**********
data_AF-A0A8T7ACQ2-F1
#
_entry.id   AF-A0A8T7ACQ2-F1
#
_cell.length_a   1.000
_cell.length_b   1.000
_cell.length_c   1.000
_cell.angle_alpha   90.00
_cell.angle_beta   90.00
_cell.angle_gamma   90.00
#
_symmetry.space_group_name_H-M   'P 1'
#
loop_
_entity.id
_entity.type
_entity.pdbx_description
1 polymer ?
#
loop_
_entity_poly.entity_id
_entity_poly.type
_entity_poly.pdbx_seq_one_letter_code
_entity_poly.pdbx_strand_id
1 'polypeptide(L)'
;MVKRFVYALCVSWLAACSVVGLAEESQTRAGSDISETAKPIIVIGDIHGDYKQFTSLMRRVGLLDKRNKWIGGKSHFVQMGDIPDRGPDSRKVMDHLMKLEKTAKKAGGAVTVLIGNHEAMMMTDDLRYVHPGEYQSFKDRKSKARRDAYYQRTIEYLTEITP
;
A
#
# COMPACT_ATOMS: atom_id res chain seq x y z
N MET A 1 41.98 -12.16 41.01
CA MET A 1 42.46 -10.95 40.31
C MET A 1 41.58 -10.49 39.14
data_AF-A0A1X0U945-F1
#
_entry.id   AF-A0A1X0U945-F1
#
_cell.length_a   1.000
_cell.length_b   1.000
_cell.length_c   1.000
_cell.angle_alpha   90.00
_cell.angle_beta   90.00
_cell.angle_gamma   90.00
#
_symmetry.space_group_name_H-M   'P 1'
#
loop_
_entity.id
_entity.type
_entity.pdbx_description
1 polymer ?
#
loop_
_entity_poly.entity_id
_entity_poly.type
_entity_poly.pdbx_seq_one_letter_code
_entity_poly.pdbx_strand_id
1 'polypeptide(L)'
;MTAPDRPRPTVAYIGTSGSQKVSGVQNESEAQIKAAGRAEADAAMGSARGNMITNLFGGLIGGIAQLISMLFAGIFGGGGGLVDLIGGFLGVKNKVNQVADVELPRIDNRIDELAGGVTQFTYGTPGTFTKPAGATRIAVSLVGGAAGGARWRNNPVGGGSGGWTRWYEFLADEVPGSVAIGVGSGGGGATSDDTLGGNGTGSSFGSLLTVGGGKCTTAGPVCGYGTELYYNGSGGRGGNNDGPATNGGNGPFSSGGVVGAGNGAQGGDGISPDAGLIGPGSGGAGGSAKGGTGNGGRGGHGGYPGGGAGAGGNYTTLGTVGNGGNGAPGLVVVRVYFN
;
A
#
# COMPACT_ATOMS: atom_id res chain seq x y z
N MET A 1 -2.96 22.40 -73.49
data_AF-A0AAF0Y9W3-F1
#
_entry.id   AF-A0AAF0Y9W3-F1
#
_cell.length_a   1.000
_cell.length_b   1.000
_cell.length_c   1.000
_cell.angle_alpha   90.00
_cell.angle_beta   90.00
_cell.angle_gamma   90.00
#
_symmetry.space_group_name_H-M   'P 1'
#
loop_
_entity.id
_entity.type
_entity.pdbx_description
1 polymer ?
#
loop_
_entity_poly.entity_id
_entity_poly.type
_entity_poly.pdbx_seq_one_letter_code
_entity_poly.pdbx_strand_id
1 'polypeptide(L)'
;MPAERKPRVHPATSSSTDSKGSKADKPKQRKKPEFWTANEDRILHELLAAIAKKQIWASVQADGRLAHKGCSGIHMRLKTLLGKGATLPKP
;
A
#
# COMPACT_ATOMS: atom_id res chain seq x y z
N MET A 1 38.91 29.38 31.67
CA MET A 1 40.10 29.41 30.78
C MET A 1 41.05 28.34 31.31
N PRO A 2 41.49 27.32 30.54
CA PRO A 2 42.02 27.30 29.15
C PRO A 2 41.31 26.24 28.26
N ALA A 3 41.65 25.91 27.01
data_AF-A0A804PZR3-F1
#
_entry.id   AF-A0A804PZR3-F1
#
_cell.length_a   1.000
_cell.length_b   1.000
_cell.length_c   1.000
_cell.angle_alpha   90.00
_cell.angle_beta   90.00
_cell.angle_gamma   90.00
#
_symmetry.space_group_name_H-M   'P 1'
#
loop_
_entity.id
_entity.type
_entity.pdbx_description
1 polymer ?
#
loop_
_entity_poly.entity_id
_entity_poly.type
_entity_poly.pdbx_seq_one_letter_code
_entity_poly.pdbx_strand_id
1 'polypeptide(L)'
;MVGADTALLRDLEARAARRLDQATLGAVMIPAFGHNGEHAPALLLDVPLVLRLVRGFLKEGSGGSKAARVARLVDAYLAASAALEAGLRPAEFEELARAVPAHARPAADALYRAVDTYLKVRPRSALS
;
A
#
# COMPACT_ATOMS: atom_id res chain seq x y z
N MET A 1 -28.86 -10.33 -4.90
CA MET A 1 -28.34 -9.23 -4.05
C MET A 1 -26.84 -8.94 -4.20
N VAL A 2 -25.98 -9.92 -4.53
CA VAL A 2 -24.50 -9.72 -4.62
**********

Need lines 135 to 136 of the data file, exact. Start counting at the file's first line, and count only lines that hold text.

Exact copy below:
N VAL A 2 -25.98 -9.92 -4.53
CA VAL A 2 -24.50 -9.72 -4.62